Class, Labor, and the Homefront Detective: Hammett, Chandler, Woolrich, and the Dissident Lawman (and Woman) in 1940s Hollywood and Beyond
The homefront screen detective of the 1940s often challenged the law, as did his or her counterpart on the assembly line. This challenge became bolder as the war continued and can be seen in the progression of detective adaptations from Dashiell Hammett’s rigorous lawman, to Raymond Chandler’s detective dealing with corrupt or cold cops, to Cornell Woolrich’s errant outsiders, often female, who blatantly transgress the law. Current detective fiction likewise points the way to a new explosion of the dissident detective, whose contemporary journey outside the law questions the way in which the law is used for the profit of the few in the “war on terror.”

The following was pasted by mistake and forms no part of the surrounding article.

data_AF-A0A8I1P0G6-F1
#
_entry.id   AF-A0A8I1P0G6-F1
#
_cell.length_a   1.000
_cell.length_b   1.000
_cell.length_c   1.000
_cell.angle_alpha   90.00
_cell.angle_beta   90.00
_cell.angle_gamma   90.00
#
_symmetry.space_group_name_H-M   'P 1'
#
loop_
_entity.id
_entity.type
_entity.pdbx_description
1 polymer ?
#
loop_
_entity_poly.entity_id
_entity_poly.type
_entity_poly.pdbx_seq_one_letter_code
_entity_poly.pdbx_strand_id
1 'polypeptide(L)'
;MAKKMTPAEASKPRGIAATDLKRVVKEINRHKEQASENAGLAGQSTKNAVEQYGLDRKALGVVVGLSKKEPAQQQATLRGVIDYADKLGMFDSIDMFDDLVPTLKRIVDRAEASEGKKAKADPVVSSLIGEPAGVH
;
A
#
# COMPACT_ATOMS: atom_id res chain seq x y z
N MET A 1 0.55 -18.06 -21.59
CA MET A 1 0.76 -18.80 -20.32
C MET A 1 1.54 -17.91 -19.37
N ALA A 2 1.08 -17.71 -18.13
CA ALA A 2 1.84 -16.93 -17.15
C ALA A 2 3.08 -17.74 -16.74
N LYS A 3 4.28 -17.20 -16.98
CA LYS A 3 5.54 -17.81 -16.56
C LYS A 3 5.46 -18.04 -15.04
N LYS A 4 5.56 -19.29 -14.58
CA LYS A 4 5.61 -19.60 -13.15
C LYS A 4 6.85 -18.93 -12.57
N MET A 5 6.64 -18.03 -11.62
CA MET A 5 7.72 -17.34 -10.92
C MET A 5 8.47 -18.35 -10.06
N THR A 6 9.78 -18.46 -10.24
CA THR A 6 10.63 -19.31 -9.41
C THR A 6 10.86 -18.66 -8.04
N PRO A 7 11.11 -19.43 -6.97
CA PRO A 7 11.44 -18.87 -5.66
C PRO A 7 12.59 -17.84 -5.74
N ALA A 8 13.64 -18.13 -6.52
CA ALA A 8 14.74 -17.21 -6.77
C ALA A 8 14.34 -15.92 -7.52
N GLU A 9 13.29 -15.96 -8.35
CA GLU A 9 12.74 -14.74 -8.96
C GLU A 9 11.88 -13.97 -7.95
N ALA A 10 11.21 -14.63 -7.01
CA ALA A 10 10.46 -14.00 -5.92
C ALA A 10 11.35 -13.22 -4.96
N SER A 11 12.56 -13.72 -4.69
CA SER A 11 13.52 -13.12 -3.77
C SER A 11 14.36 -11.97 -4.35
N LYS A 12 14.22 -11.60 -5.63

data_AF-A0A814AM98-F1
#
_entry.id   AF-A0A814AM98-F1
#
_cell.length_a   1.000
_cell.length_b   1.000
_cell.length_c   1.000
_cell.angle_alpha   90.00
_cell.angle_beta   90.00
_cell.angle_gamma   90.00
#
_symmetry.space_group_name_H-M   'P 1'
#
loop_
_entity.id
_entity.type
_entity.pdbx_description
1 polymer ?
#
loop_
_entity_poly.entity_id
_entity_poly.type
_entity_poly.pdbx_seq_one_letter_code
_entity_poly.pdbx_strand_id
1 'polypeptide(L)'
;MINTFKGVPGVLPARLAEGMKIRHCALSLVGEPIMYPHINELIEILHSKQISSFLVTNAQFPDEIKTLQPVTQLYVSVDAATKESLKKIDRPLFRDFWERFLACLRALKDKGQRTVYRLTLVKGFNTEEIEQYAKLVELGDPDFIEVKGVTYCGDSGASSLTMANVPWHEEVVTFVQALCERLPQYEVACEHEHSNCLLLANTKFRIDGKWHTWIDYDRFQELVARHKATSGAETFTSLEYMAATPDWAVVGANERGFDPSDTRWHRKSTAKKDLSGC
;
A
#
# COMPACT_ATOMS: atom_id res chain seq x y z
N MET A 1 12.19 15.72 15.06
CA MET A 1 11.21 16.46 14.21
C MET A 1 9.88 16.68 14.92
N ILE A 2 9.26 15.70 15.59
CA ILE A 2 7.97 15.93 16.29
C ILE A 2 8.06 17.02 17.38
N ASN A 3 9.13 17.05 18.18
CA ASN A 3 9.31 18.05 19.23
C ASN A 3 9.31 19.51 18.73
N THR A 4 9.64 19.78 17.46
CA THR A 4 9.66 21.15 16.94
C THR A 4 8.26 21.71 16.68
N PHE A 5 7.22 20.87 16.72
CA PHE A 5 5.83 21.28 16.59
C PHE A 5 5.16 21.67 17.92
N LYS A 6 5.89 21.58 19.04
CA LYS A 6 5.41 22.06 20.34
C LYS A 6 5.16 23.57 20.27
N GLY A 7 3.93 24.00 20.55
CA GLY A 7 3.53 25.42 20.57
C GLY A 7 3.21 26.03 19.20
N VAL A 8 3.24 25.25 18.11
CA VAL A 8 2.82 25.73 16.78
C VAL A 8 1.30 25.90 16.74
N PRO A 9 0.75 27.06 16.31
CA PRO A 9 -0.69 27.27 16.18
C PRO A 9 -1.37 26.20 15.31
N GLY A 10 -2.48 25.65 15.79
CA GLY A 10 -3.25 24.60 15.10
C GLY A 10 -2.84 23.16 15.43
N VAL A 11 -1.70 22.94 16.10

detective–hardboiled, labor–World War II history, Class–in the detective film, law–working-class opposition, adaptation–screen detectives
Citation: Social Justice Vol. 32, No. 2 (2005): 167-185.